Lobsters are an iconic part of Maine culture, from cuisine to interior decorating to way of life. The Gulf of Maine boasts large lobster landings every year, but as the waters here continue to warm at a faster rate than other nearby coastal regions, there are concerns that this boon might eventually pass us by as lobsters migrate further north in search of colder waters. In addition to rising temperatures along the northeastern coast, we’ve seen an increase in epizootic shell disease (ESD) in the last few decades. ESD causes degradation and pitting of the lobster shell which can leave them susceptible to predation or to harsh weather conditions. There are bacteria living on the shell of healthy lobsters, and it’s not clear how they are involved in ESD in the wild because it is difficult to replicate this disease in an aquaculture facility.
In this perspective piece, we consider how shell microbes might be involved. Marine environments have a thriving microbial community which can change rapidly when currents, storms, filter feeders, or viruses which target microbes roll through. Some of these water or soil microbes end up on lobster shells, and water currents can also lift microbes off and move them elsewhere. The other authors and I wanted to highlight some of these possibilities and what we still don’t know about lobster microbes and health.
This perspective piece is part of a larger, collaborative project on lobster shell disease and warming ocean waters was begun by researchers at the Aquaculture Research Institute: Debbie Bouchard, Heather Hamlin, Jean MacRae, Scarlett Tudor, and later Sarah Turner as a grad student. I was invited to participate in the data analysis aspect two years ago.
At the time, Grace Lee was a rising senior at Bowdoin College, and accepted to my lab for the UMaine REU summer 2020 session, which was canceled. Instead, I hired Grace to perform DNA sequence analysis remotely, by independently learning data analysis following the teaching materials I had generated for my sequencing class. I invited Joelle Kilchenmann to this piece after a series of conversations about microbes and social equity, because her graduate work in Joshua Stoll’s lab focuses on lobster fishing communities in Maine and understanding the challenges they face.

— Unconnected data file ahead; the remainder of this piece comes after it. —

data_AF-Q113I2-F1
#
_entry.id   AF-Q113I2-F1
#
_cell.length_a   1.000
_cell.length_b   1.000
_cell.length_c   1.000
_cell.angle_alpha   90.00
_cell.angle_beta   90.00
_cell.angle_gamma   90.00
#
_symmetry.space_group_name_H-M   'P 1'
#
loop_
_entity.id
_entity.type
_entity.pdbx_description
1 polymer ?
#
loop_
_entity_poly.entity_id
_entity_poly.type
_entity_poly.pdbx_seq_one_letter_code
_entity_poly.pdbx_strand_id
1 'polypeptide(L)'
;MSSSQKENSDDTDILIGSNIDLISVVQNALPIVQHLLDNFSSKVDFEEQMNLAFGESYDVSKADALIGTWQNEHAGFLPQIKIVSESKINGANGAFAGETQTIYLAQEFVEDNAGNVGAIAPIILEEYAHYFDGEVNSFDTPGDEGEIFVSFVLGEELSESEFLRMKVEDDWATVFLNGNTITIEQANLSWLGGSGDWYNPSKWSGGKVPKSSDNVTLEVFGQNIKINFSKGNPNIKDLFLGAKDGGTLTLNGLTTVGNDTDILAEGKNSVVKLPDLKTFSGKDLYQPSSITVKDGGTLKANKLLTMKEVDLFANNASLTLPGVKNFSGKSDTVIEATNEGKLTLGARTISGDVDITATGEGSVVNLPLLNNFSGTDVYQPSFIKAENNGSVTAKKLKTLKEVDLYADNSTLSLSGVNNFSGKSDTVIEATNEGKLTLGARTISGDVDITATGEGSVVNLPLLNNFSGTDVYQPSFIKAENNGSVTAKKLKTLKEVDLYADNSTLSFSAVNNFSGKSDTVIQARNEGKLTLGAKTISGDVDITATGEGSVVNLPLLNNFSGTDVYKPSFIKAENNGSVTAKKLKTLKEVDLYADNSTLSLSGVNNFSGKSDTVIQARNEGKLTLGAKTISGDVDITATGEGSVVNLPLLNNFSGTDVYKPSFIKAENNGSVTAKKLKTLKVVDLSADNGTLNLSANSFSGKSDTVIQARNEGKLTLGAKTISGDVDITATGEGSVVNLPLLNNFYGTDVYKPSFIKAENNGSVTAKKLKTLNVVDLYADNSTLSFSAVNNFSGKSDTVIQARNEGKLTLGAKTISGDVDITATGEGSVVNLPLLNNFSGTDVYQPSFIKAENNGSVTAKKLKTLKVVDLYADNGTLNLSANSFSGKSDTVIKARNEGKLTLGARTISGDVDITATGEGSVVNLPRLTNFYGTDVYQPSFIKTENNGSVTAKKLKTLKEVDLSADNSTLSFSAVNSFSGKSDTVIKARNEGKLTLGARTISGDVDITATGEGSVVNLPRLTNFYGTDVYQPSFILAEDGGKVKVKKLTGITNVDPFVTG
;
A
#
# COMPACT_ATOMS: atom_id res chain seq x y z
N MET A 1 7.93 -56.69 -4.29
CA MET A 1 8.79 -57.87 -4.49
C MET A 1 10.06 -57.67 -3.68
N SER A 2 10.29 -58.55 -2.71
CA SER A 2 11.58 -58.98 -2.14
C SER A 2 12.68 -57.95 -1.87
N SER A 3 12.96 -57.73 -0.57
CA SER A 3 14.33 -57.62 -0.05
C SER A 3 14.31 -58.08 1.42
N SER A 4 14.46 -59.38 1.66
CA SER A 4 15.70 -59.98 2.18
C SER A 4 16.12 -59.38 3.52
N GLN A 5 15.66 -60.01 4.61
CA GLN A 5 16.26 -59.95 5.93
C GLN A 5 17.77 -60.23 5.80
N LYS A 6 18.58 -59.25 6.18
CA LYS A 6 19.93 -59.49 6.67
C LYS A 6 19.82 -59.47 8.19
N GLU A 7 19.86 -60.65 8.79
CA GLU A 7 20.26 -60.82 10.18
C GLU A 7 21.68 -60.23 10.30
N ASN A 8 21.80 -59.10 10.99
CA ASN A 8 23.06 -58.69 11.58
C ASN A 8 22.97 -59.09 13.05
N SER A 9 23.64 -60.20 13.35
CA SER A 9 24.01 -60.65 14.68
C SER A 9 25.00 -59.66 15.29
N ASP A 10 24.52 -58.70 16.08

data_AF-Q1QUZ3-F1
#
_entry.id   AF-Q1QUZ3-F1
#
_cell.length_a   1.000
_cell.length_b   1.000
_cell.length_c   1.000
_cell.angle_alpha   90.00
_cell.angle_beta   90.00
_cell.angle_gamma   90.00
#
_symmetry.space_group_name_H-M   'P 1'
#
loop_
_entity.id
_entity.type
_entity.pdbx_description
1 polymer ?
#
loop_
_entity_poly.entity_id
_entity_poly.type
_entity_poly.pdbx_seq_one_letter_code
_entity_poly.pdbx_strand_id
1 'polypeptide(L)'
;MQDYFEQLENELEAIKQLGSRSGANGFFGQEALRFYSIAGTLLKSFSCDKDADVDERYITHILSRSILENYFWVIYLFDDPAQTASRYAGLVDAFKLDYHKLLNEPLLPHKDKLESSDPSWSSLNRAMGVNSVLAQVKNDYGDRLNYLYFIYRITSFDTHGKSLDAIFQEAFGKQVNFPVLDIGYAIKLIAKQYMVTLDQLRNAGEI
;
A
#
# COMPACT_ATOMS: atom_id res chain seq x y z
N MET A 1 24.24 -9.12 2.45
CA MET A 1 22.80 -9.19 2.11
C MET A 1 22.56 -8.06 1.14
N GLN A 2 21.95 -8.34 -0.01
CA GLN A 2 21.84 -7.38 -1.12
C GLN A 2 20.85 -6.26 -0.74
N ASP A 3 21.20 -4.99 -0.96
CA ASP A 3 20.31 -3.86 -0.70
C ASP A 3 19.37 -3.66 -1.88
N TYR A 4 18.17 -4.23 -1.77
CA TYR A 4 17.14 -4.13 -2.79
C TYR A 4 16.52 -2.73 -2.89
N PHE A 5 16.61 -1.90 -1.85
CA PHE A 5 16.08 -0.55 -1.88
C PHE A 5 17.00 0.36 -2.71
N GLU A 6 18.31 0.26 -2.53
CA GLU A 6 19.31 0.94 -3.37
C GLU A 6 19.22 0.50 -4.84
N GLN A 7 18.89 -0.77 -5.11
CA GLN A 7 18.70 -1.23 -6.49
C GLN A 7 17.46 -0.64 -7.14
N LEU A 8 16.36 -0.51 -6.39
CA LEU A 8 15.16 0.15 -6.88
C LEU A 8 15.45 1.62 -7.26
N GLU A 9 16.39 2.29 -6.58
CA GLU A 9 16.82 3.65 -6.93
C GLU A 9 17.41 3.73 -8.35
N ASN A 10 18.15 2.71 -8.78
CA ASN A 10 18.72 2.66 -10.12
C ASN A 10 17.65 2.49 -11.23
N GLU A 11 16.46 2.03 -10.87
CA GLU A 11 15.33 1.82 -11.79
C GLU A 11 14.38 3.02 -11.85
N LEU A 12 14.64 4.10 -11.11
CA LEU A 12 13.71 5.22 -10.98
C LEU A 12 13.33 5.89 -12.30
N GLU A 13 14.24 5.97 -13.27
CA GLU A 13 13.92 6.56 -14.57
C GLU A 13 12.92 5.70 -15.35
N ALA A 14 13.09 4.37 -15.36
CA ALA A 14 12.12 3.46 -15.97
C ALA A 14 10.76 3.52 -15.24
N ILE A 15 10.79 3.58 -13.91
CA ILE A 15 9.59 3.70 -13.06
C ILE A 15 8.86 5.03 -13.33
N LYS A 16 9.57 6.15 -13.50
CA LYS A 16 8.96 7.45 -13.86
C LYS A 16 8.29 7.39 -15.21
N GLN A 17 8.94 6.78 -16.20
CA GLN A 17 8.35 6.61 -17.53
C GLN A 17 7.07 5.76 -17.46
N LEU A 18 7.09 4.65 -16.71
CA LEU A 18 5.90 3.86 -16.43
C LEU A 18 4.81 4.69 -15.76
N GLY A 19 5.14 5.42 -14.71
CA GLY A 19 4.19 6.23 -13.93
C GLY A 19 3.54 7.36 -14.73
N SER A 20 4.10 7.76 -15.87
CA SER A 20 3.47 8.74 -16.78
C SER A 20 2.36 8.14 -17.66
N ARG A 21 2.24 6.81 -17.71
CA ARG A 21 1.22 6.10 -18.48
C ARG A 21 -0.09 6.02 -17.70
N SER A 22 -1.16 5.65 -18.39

Ishaq, S.L., Turner, S.M., Tudor, M.S., MacRae, J.D., Hamlin, H., Kilchenmann, J., Lee1, G., Bouchard, D. 2022. Many questions remain unanswered about the role of microbial transmission in epizootic shell disease in American lobsters (Homarus americanus). Frontiers in Microbiology 13: 824950.
This was an invited contribution to a special collection: The Role of Dispersal and Transmission in Structuring Microbial Communities
Abstract: Despite decades of research on lobster species’ biology, ecology, and microbiology, there are still unresolved questions about the microbial communities which associate in or on lobsters under healthy or diseased states, microbial acquisition, as well as microbial transmission between lobsters and between lobsters and their environment. There is an untapped opportunity for metagenomics, metatranscriptomics, and metabolomics to be added to the existing wealth of knowledge to more precisely track disease transmission, etiology, and host-microbe dynamics. Moreover, we need to gain this knowledge of wild lobster microbiomes before climate change alters environmental and host-microbial communities more than it likely already has, throwing a socioeconomically critical industry into disarray. As with so many animal species, the effects of climate change often manifests as changes in movement, and in this perspective piece, we consider the movement of the American lobster (Homarus americanus), Atlantic ocean currents, and the microorganisms associated with either.
Ishaq*, S.L., Lee, G., MacRae, J., Hamlin, H., Bouchard, D. “The effect of simulated warming ocean temperatures on the bacterial communities on the shells of healthy and epizootic shell diseased American Lobster (Homarus americanus).” Ecological Society of America 2021. (virtual). Aug 2-6, 2021. (accepted talk)
Ishaq*, S.L., Lee, G., MacRae, J., Hamlin, H., Bouchard, D. The Effect Of Simulated Warming Ocean Temperatures On The Bacterial Communities On The Shells Of Healthy And Epizootic Shell Diseased American Lobster (Homarus americanus). ASM Microbe/ISME World Microbe Forum 2021 (virtual). June 20-24, 2021. (poster)